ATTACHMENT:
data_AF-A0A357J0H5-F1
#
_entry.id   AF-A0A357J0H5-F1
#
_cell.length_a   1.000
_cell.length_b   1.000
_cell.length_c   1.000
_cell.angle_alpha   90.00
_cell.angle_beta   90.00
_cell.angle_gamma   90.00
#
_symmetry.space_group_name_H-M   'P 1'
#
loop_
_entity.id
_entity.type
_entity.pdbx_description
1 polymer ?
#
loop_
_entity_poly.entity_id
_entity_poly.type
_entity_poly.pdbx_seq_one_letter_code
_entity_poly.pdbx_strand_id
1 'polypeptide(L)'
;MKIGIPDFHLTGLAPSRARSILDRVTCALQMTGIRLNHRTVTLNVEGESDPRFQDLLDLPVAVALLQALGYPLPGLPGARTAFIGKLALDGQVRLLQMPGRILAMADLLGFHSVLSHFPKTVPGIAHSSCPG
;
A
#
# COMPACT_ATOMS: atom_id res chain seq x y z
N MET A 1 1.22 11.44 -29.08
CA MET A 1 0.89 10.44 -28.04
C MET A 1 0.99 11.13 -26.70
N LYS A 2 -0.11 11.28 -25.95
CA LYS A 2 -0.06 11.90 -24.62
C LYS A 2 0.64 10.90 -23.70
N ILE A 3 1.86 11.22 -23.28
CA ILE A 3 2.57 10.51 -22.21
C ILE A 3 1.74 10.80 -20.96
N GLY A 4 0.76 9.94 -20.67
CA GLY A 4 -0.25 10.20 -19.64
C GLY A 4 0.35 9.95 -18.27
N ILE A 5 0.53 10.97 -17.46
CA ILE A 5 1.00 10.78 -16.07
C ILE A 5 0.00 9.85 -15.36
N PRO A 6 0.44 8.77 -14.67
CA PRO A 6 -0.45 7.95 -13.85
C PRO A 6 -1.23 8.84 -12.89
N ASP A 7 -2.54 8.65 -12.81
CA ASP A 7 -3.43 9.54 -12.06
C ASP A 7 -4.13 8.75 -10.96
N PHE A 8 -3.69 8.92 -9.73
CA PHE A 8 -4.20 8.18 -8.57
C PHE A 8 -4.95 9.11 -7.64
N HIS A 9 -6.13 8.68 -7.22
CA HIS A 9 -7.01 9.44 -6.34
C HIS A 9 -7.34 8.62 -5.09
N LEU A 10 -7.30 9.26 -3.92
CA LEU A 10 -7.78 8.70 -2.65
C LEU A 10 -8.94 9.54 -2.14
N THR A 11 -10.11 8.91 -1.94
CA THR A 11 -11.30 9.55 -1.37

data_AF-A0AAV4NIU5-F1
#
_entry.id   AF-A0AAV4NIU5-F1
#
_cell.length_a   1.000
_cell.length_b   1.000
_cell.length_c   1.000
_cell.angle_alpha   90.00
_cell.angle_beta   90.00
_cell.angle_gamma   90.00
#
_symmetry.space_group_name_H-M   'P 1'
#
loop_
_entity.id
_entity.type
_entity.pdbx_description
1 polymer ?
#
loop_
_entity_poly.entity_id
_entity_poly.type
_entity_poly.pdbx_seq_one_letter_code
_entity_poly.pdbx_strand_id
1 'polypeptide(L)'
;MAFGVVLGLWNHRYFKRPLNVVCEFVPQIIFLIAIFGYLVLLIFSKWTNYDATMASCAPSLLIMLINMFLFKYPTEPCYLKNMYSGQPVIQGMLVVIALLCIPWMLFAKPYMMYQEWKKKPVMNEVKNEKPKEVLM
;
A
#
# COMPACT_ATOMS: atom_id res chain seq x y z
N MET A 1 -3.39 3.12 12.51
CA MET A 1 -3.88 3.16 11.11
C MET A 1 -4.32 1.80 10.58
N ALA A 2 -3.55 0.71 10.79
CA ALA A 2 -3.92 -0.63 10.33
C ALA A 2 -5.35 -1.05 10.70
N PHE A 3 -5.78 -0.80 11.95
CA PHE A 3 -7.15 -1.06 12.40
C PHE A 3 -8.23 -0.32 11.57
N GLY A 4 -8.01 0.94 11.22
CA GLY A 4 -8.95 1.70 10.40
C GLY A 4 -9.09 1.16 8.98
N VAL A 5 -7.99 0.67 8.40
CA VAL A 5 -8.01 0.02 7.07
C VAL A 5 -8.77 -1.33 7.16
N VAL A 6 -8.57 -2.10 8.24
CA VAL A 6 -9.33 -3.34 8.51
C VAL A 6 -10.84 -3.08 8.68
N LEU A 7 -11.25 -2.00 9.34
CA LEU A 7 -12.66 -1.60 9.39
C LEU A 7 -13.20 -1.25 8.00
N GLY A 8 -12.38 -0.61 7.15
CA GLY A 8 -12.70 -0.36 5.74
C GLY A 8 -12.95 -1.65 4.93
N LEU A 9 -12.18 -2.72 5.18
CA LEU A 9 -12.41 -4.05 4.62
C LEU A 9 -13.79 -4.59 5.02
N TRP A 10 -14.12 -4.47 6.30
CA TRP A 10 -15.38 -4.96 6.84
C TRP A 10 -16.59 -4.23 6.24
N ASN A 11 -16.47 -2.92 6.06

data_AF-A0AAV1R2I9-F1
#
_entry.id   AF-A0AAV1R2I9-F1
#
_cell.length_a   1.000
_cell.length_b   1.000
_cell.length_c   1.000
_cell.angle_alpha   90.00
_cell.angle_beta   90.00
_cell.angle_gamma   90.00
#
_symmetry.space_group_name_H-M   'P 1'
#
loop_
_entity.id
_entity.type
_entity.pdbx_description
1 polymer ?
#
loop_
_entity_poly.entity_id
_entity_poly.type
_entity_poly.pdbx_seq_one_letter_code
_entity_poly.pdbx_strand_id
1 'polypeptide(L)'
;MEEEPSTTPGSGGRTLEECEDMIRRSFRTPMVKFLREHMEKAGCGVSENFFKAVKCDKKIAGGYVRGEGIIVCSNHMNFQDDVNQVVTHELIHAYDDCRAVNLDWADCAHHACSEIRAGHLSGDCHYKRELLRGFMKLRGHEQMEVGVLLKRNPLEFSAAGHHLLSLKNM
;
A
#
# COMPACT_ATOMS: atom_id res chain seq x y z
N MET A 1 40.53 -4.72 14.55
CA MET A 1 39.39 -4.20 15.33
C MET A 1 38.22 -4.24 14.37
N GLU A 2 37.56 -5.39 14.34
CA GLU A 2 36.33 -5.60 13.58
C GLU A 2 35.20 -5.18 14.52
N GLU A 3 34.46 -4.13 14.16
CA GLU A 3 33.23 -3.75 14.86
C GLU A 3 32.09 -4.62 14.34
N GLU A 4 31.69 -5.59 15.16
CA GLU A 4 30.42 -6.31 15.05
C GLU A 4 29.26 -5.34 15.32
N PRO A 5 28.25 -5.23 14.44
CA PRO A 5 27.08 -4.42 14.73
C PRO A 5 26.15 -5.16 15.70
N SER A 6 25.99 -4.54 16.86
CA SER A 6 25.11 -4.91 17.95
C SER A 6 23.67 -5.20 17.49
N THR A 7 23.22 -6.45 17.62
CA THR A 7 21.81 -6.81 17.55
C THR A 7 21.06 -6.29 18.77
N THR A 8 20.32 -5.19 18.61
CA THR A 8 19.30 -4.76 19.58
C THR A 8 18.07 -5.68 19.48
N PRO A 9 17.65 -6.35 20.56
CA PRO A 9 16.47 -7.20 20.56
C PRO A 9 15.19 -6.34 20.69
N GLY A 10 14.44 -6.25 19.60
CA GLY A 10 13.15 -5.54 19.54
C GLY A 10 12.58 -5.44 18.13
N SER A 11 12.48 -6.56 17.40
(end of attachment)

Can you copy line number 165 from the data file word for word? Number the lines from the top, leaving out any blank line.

C GLU A 4 29.26 -5.34 15.32